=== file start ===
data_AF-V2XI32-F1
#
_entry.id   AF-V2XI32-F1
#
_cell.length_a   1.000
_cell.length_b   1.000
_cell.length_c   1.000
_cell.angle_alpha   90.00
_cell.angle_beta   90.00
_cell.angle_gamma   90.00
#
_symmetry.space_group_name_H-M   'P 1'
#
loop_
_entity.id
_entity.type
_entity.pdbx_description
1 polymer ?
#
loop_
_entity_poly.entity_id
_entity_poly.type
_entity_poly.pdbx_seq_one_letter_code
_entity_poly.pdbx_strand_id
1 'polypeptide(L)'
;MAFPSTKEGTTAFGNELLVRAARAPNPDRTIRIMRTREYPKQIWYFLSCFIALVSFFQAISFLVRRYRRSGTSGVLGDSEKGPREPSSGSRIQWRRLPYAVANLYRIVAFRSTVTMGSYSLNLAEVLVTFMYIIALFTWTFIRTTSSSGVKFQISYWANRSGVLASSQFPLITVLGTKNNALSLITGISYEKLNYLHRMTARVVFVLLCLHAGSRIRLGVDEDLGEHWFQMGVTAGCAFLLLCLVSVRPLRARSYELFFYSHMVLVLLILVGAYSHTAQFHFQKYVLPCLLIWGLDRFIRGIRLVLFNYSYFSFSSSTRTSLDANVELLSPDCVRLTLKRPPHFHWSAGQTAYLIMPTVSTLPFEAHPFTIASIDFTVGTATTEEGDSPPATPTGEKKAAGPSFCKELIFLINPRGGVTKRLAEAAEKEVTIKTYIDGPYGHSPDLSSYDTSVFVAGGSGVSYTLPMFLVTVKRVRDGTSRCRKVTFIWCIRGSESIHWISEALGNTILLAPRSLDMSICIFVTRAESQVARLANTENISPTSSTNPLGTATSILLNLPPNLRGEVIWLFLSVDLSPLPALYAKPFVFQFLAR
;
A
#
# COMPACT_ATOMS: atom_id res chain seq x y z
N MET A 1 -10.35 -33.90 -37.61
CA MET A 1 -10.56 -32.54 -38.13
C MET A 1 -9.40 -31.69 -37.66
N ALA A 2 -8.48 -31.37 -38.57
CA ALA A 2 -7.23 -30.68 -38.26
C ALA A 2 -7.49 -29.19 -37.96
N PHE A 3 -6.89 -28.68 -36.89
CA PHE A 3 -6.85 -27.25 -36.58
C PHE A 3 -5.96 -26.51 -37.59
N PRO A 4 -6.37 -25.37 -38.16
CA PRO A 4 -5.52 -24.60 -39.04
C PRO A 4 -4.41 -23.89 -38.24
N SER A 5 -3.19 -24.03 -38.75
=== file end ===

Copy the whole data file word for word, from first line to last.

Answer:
data_AF-V2XI32-F1
#
_entry.id   AF-V2XI32-F1
#
_cell.length_a   1.000
_cell.length_b   1.000
_cell.length_c   1.000
_cell.angle_alpha   90.00
_cell.angle_beta   90.00
_cell.angle_gamma   90.00
#
_symmetry.space_group_name_H-M   'P 1'
#
loop_
_entity.id
_entity.type
_entity.pdbx_description
1 polymer ?
#
loop_
_entity_poly.entity_id
_entity_poly.type
_entity_poly.pdbx_seq_one_letter_code
_entity_poly.pdbx_strand_id
1 'polypeptide(L)'
;MAFPSTKEGTTAFGNELLVRAARAPNPDRTIRIMRTREYPKQIWYFLSCFIALVSFFQAISFLVRRYRRSGTSGVLGDSEKGPREPSSGSRIQWRRLPYAVANLYRIVAFRSTVTMGSYSLNLAEVLVTFMYIIALFTWTFIRTTSSSGVKFQISYWANRSGVLASSQFPLITVLGTKNNALSLITGISYEKLNYLHRMTARVVFVLLCLHAGSRIRLGVDEDLGEHWFQMGVTAGCAFLLLCLVSVRPLRARSYELFFYSHMVLVLLILVGAYSHTAQFHFQKYVLPCLLIWGLDRFIRGIRLVLFNYSYFSFSSSTRTSLDANVELLSPDCVRLTLKRPPHFHWSAGQTAYLIMPTVSTLPFEAHPFTIASIDFTVGTATTEEGDSPPATPTGEKKAAGPSFCKELIFLINPRGGVTKRLAEAAEKEVTIKTYIDGPYGHSPDLSSYDTSVFVAGGSGVSYTLPMFLVTVKRVRDGTSRCRKVTFIWCIRGSESIHWISEALGNTILLAPRSLDMSICIFVTRAESQVARLANTENISPTSSTNPLGTATSILLNLPPNLRGEVIWLFLSVDLSPLPALYAKPFVFQFLAR
;
A
#
# COMPACT_ATOMS: atom_id res chain seq x y z
N MET A 1 -10.35 -33.90 -37.61
CA MET A 1 -10.56 -32.54 -38.13
C MET A 1 -9.40 -31.69 -37.66
N ALA A 2 -8.48 -31.37 -38.57
CA ALA A 2 -7.23 -30.68 -38.26
C ALA A 2 -7.49 -29.19 -37.96
N PHE A 3 -6.89 -28.68 -36.89
CA PHE A 3 -6.85 -27.25 -36.58
C PHE A 3 -5.96 -26.51 -37.59
N PRO A 4 -6.37 -25.37 -38.16
CA PRO A 4 -5.52 -24.60 -39.04
C PRO A 4 -4.41 -23.89 -38.24
N SER A 5 -3.19 -24.03 -38.75